The federal government’s controversial equity crowdfunding reforms have successfully passed the lower house despite criticisms from the opposition and wider startup community.
In a speech to parliament on Wednesday, Labor MP Ed Husic said there had been a “complete and utter failure” to address the concerns of the startup community. While the opposition didn’t intend to block the legislation, Husic said, it would look to add amendments.
The shadow parliamentary secretary assisting with digital innovation and startups encouraged the government to consult with the community and not rush the bill.
“If the government decides to park this bill and engage in genuine consultation to address widespread concerns about these proposed laws then we as the opposition would not criticise the government for that,” Husic said.
“We would not criticise the government if it suspends passage of the bill to help make sure it gets the bill in better shape. We would rather get this right than rush things.
“If the government is determined to press ahead with the bill, we will not invest time in blocking it but we will hold them most definitely to account for the lived experience of the bill.”
Introducing the bill, minister for small business Kelly O’Dwyer talked up the benefits of opening up equity crowdfunding to retail investors.
“The intent of this bill is to assist startups and other small businesses that may have difficulty accessing equity funding due to the costs of disclosure and other requirements, while protecting mum and dad investors,” O’Dwyer said.
“The government crafted this bill after extensive stakeholder consultation and considering international models.”
The government’s equity crowdfunding reforms were revealed to parliament in December, with Labor quickly withdrawing support and referring them to a parliamentary inquest, which is expected to report back by the end of the month.
The Corporations Amendment (Crowdsourced Funding) Bill 2015 expanded the option of equity crowdfunding to retail investors along with sophisticated ones.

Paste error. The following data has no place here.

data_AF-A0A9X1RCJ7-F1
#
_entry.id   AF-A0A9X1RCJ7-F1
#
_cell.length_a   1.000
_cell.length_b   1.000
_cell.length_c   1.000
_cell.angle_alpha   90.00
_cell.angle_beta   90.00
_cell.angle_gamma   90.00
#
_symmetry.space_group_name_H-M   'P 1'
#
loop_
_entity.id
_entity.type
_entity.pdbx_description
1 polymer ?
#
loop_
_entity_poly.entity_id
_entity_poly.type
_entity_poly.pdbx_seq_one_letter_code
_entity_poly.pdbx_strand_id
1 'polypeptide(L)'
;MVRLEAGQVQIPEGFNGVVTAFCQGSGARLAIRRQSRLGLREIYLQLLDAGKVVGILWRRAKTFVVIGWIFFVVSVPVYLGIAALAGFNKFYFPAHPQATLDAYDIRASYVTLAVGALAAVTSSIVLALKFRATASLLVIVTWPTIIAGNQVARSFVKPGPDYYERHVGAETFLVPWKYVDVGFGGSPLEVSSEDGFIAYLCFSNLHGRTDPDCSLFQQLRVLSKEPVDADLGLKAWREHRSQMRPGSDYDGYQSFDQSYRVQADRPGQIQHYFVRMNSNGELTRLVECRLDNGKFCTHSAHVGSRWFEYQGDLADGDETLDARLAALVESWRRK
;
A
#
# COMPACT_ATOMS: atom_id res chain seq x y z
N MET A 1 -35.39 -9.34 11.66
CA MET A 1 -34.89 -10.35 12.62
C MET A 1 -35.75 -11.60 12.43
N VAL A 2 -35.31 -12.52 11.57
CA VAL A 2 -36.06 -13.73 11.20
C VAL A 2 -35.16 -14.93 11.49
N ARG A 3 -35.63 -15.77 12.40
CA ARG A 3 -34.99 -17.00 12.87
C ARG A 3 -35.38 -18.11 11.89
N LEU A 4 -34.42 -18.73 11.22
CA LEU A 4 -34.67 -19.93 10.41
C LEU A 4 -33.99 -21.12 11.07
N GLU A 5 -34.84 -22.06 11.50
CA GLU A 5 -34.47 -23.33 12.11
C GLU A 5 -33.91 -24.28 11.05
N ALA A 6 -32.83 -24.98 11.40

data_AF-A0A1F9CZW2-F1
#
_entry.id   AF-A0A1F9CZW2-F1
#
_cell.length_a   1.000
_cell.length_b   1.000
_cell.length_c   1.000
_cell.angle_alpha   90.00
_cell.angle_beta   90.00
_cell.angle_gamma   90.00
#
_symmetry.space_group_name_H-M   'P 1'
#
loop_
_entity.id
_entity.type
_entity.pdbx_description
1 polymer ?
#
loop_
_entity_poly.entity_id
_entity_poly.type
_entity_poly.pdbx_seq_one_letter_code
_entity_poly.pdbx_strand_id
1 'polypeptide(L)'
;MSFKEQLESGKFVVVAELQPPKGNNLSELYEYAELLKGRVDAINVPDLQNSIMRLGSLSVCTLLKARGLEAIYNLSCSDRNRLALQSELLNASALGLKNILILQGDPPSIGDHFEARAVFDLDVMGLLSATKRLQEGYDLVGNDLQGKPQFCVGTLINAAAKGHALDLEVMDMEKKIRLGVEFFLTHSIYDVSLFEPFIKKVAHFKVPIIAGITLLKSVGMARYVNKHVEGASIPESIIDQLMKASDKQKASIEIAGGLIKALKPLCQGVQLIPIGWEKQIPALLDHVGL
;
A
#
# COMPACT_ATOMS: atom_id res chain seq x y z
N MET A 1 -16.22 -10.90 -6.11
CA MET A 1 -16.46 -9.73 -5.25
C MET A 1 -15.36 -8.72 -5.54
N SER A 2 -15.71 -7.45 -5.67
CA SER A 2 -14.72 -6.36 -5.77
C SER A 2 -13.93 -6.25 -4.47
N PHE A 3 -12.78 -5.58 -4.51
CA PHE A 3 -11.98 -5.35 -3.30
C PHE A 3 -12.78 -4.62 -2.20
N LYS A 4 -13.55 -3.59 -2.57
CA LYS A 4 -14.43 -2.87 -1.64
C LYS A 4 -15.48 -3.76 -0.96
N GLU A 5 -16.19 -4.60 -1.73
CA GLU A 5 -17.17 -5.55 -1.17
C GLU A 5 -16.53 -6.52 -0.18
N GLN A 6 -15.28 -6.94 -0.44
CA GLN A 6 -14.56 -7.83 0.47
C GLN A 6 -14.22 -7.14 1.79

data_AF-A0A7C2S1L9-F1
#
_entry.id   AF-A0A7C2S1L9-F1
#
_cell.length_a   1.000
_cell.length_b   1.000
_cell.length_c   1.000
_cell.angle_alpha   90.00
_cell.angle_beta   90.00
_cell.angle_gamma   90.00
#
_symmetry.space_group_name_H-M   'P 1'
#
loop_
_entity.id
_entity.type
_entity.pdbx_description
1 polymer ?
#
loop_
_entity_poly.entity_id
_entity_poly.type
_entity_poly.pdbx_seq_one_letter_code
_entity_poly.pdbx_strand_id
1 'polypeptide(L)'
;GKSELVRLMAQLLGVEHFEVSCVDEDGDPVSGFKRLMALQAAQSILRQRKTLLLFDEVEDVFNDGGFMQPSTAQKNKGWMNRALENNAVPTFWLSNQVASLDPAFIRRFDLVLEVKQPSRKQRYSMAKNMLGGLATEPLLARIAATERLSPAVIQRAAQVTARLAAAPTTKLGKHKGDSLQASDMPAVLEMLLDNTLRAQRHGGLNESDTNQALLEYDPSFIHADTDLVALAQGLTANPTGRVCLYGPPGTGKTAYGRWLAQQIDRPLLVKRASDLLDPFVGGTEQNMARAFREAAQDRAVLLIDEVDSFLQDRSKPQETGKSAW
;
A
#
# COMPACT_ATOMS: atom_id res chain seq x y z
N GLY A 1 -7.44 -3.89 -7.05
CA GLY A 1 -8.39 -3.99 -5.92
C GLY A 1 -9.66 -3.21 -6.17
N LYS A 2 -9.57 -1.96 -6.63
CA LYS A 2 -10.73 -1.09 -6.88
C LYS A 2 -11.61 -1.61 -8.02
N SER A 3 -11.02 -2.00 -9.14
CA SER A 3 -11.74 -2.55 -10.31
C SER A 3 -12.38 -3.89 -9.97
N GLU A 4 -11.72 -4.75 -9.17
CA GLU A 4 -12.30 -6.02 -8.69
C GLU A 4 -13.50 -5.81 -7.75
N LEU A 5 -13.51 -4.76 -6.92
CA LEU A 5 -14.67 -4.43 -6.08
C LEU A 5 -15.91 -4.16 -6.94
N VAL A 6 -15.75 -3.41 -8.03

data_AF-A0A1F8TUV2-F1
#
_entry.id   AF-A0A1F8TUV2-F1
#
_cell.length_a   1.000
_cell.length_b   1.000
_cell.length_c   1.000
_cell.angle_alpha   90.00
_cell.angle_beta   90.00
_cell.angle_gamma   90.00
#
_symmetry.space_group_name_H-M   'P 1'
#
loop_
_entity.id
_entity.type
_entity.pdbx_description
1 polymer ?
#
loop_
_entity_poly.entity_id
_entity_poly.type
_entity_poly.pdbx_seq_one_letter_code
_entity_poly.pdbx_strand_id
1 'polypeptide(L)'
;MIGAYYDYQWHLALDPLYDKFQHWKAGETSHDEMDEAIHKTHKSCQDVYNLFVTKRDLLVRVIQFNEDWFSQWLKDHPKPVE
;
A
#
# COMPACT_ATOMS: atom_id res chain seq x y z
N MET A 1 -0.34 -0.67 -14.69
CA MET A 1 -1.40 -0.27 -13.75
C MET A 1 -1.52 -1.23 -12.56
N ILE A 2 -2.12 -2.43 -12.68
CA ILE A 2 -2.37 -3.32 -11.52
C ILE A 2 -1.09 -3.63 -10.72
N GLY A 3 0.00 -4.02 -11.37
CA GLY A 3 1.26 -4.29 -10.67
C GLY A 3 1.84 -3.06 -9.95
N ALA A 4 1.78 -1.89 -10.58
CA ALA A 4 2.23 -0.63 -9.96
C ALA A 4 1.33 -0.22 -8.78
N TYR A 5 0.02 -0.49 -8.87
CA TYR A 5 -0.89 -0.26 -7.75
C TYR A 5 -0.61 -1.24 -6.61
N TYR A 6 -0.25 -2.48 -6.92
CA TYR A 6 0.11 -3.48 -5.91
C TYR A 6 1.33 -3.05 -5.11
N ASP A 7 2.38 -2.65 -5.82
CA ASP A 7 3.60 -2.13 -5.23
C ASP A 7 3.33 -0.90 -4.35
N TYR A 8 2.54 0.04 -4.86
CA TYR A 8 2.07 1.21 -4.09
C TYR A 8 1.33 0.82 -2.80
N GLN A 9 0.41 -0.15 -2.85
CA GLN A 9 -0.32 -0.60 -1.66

Under the legislation, a $5 million cap will be placed on companies raising capital through this method, and a $10,000 limit will be placed on retail investors.
The most controversial aspect of the bill is that startups would have to convert to an unlisted public company in order to take part and despite many exemptions to public reporting rules, Husic says this is “onerous and heavy-handed”.
The bill has been labelled a “dead duck” by VentureCrowd founder Tim Heasley, who says it won’t have “any impact at all”.
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During the speech, Husic listed a number of concerns Labor has with the legislation, including forcing companies to go public, the investor and company caps and the “prevention of access by unit trusts to the regime”.
According to the Husic, the government is no longer consulting with the opposition on this matter and the former bipartisanship on the issue has been lost.
“It appears the Turnbull government’s approach to bipartisanship in this space reflected its broader mindset – say one thing, do another,” he said.
“That is not how bipartisanship in the innovation space is going to work.
“So much talk about being agile and nimble, yet so little evidence of this happening in real life.”